Being able to effectively use research to inform planning is a critical piece of becoming a well-rounded communications leader. This is exactly what our cohort of five students in Drake’s Master of Communication Leadership (MCL) program learned by working with a local nonprofit to propose, conduct, analyze, and present research to help the organization solve its communication challenges.
In the Applied Communication Theory and Research class, and under the guidance of Matthew Thornton, assistant professor of journalism and mass communication, the five students in our cohort worked with the YMCA Supportive Housing organization in Des Moines. This permanent, supportive housing campus offers 140 efficiency units to single adults who meet income and lifestyle criteria, filling a unique, much-needed niche in the affordable housing continuum. While the organization was at capacity and serving its residents well, it was lacking the public awareness and funding needed to propel its mission and fuel future expansion.
After digging in, our team recommended three types of research: getting a lay of the land through one-on-one interviews with organization employees and board members; circulating a written survey of residents; and creating an online “snowball” survey for potential donors and partners—business and nonprofit leaders in the region. Executing these plans the way we wanted to depended on securing some funds, provided by Community Engaged Learning via a service-learning mini-grant. These additional resources allowed us to offer a survey incentive to YMCA Supportive Housing residents: bus tokens for all who completed the survey, with a drawing among those who completed it for Walgreen’s gift cards. They also allowed us to print written surveys and print/bind the completed, 100+ page survey report to present to and share with the client.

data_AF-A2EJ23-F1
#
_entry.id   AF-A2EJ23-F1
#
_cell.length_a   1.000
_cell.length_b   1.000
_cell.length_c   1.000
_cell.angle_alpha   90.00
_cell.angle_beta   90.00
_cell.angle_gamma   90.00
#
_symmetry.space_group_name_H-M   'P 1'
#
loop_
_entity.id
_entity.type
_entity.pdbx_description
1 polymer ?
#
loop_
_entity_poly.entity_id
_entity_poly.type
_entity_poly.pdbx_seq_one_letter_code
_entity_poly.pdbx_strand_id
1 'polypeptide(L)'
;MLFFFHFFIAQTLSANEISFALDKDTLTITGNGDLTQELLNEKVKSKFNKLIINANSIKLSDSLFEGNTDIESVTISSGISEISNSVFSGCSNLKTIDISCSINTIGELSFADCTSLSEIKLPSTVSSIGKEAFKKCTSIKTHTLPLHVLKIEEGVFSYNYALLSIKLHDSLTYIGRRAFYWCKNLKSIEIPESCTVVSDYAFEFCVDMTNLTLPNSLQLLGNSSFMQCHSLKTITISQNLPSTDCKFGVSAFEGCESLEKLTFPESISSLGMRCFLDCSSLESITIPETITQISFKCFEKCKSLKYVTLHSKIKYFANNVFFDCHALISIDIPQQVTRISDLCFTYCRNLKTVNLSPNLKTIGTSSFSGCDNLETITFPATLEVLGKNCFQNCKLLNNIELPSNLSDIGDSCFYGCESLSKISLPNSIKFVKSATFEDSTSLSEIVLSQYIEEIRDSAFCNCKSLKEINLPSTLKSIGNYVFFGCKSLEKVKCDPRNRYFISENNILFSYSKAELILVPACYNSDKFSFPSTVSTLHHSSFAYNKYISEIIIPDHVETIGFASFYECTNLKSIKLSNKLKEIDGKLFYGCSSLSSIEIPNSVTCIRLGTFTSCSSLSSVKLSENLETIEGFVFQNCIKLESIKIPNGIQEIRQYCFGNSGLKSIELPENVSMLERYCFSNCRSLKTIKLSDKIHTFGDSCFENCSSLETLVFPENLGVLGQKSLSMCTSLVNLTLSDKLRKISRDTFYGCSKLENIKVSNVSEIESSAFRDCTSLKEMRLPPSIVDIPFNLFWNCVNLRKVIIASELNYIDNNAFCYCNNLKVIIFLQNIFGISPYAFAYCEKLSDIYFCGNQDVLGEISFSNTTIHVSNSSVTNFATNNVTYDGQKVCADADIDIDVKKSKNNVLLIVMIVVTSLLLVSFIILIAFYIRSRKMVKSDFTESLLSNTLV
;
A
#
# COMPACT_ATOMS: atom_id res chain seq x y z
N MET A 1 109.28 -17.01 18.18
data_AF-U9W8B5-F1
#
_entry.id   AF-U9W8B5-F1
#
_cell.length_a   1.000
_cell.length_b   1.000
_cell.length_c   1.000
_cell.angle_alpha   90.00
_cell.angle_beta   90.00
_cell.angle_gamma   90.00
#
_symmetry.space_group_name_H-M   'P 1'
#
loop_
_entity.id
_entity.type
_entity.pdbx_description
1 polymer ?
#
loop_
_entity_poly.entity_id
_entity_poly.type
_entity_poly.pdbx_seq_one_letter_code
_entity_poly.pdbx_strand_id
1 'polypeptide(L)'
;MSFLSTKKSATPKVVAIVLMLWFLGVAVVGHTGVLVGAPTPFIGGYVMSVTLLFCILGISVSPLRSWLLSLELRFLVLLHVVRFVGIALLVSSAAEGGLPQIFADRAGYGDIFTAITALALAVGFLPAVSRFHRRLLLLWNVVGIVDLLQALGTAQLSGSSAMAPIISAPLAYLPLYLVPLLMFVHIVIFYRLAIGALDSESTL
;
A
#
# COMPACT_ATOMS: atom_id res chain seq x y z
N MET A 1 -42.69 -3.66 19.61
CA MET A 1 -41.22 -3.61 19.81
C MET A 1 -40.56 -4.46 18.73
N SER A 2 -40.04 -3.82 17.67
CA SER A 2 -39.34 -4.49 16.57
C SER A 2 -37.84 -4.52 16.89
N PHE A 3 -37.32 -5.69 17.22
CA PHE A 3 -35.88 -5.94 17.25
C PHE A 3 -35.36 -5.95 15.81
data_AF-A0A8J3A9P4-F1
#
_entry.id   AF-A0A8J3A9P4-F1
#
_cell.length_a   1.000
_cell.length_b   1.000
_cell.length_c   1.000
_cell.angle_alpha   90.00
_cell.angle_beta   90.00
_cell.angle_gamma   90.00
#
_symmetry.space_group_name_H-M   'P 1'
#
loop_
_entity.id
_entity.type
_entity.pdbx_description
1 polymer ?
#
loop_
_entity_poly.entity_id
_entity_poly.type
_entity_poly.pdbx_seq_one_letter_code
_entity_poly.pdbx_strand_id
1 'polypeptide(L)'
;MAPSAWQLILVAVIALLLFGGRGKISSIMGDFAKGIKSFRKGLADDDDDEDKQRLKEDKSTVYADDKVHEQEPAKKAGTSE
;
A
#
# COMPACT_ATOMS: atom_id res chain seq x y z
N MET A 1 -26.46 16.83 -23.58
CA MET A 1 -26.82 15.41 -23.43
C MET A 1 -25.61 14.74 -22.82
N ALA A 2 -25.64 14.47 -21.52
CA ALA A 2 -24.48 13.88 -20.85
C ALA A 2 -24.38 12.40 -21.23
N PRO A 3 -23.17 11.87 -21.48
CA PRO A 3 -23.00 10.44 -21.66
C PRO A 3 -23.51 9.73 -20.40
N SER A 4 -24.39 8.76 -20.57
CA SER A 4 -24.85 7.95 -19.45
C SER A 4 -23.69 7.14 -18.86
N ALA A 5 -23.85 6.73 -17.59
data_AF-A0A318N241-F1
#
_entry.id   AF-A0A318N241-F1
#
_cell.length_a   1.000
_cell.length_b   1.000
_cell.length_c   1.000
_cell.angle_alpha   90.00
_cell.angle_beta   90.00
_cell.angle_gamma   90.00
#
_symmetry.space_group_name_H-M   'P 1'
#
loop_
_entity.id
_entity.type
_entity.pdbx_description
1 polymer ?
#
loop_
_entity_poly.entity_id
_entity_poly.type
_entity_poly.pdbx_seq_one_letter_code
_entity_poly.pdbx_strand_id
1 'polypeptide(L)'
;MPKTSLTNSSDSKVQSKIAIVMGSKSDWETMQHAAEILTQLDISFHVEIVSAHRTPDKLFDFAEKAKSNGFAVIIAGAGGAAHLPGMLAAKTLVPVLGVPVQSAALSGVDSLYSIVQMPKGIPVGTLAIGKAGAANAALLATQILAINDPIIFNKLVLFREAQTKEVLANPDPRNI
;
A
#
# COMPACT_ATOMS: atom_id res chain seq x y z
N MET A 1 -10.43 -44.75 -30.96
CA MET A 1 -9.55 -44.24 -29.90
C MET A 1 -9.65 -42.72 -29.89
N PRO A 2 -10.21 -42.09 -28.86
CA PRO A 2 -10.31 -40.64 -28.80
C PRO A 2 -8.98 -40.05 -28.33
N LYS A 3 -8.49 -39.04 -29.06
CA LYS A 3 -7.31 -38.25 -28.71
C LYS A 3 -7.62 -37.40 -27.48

Ultimately, we were able to hone in on some areas where enhanced communication and new partnerships could really move the needle for YMCA Supportive Housing. Staff and board of the organization reported that the effort was more thorough, validating, and actionable than they had even hoped for. Our cohort will continue to draw on these findings in the execution phase of this project, which will take place during our summer 2016 MCL Capstone.
Going through this process was as valuable for both us, as learners, as it was for our nonprofit client. The experience of not just learning about research in a classroom but actually using what we learned to address a real problem was invaluable. We now have the deeper, practical knowledge, as well as the confidence, to move forward to draw on these tools in our own professional lives.
written by Jill Brimeyer, MCL Class of 2017